"Eye in the Sky" Director Gavin Hood on Drone Warfare | KCET
"Eye in the Sky" Director Gavin Hood on Drone Warfare
The KCET Cinema Series launched its spring season on Tuesday, February 23 at ArcLight Cinemas Sherman Oaks with the British thriller "Eye in the Sky." Directed by Gavin Hood ("Tsotsi," "X-Men Origins: Wolverine," "Ender's Game"), the movie examines the strategical and moral questions surrounding drone warfare.
Helen Mirren leads the ensemble cast as Colonel Katherine Powell, whose years-long hunt for a British terrorist has led the British-U.S. team to Nairobi. The problem is that taking out the terrorists might result in the loss of innocent life. The film also stars Aaron Paul ("Breaking Bad") and beloved actor, the late Alan Rickman.
A stimulating Q&A followed the film screening, where director Gavin Hood and KCET Cinema Series host and Deadline columnist Pete Hammond discussed the making of "Eye in the Sky" and what it says about war in the 21st century. Listen to the conversation here and read an edited portion of the interview below. This conversation does contain spoilers.
The KCET Cinema Series gives attendees the chance to see critically-acclaimed films prior to their release and features Q& A sessions with some of the leading talents in the film world. It is sponsored by the E. Hofert Dailey Trust and will run at ArcLight Cinemas Sherman Oaks through April 12. For more information on how you can attend The KCET Cinema Series, call 747-201-5800 or visit kcet.org/cinemaseries.
Gavin Hood on his first reaction to the script for "Eye in the Sky."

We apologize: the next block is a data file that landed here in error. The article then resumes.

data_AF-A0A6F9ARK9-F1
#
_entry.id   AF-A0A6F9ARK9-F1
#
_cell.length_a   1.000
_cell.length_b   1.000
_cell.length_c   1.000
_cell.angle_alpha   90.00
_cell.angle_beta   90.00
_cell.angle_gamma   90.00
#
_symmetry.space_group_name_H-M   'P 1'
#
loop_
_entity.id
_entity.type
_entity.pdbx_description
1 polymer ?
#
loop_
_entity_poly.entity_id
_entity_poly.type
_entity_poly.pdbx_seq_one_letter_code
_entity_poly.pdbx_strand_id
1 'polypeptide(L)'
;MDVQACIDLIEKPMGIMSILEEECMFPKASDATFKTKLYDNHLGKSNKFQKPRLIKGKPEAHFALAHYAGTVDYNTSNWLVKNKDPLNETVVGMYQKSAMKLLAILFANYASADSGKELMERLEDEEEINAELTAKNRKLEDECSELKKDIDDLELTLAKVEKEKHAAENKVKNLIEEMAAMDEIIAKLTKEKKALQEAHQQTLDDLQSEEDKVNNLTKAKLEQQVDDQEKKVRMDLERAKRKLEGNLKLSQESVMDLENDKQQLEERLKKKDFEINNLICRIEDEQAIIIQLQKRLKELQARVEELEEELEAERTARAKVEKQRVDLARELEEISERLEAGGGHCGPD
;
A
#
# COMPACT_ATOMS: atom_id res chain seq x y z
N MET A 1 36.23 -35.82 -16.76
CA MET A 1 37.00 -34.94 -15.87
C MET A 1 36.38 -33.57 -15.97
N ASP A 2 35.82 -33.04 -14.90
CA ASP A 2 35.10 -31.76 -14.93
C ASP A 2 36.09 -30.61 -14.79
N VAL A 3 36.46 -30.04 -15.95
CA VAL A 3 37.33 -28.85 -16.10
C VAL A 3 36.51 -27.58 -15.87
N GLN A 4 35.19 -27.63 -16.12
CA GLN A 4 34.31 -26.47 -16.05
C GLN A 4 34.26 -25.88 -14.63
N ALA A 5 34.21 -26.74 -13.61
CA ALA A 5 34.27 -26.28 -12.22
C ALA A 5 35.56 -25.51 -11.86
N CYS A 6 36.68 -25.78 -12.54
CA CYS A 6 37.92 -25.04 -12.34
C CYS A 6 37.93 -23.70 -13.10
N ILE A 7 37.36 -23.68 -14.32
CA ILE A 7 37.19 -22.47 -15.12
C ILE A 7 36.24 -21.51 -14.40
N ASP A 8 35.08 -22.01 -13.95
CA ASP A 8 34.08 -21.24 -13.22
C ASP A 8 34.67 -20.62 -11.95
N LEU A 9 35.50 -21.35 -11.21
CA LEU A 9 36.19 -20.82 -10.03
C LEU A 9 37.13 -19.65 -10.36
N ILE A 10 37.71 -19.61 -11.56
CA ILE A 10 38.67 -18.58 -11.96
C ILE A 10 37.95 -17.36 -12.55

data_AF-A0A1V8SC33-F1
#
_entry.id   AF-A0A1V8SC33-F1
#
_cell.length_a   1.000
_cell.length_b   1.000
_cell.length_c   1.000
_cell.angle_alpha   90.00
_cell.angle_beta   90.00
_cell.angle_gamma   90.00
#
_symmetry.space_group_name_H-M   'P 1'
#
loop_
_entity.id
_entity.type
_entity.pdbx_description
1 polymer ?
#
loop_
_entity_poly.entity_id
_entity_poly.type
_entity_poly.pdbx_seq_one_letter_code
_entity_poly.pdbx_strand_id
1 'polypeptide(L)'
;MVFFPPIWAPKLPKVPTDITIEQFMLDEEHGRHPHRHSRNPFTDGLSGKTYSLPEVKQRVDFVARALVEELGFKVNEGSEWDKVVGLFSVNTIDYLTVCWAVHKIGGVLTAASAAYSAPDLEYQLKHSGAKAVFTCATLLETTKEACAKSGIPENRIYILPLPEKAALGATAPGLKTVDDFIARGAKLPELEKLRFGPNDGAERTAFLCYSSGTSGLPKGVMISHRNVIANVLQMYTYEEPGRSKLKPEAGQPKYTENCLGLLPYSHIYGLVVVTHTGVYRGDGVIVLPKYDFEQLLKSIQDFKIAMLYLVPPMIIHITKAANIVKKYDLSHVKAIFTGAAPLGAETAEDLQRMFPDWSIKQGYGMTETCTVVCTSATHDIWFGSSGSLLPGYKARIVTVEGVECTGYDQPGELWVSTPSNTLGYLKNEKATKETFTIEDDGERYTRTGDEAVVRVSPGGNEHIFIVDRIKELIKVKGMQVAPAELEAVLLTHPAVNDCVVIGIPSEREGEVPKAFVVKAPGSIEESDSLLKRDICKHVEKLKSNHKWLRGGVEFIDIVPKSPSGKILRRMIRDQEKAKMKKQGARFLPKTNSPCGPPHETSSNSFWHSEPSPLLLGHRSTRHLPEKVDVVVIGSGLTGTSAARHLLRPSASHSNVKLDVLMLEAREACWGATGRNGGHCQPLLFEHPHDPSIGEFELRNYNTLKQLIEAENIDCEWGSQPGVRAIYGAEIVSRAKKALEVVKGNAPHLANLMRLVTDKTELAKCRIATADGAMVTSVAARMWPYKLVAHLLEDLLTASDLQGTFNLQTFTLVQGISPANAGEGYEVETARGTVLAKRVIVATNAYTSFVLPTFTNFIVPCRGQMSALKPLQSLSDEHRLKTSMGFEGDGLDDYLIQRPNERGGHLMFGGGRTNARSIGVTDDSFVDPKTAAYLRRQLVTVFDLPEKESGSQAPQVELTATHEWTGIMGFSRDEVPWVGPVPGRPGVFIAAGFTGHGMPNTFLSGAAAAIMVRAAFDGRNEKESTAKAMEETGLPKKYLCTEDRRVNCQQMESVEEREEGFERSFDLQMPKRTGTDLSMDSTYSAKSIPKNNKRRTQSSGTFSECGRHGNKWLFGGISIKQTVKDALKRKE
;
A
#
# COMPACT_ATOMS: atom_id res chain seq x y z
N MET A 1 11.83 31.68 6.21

I started reading Guy Hibbert's great script and I thought: "okay, this is interesting. Then, well, come on, fire the missile. Oh, maybe you shouldn't. Oh, what am I thinking? What am I thinking?"
Maybe some of you didn't have that experience, but I've screened the film enough times to know that many do and I certainly did. I thought, then I was getting really tense about what was going to happen. I finished it and was left sitting, "what do I think?" I wanted to talk to someone and there was nobody to talk to because I had just read a script by myself. I thought that if the script had that effect on me, if we could execute it well, find a great cast, maybe that would be the effect on the audience: That you would have a movie that is thrilling to watch and then leaves you with something to talk about.
On "Eye in the Sky" and the morality of war.
I think that one of the clever things about Guy's script is the fact that he shows a particular incident from multiple points of view, including the point of view of the innocent bystander as it were. One of the things that's so difficult in films to do is to dramatize someone who is essentially passive, which is what the innocent bystander is. The little girl, Alia, doesn't really do anything. She sells bread. You're never going to go to a bake sale again. You're going to be tense.
But, what it also does is it brings a profound humanity to the whole enterprise. What's brilliant, I think, is that every character Guy created is someone who you can empathize on some level. Helen's character, she has a particular job to do. She's been tracking someone for six years. I spoke to people in military intelligence and I remember that one colonel in particular said to me, "I don't pretend that I feel objective after 10 years of watching somebody do things that I want to stop and the frustration about wanting to stop that person doesn't leave me objective," which is what he really liked in the role of the lawyer, which is the military lawyers who have not been tracking someone for 12 years and might give him pause.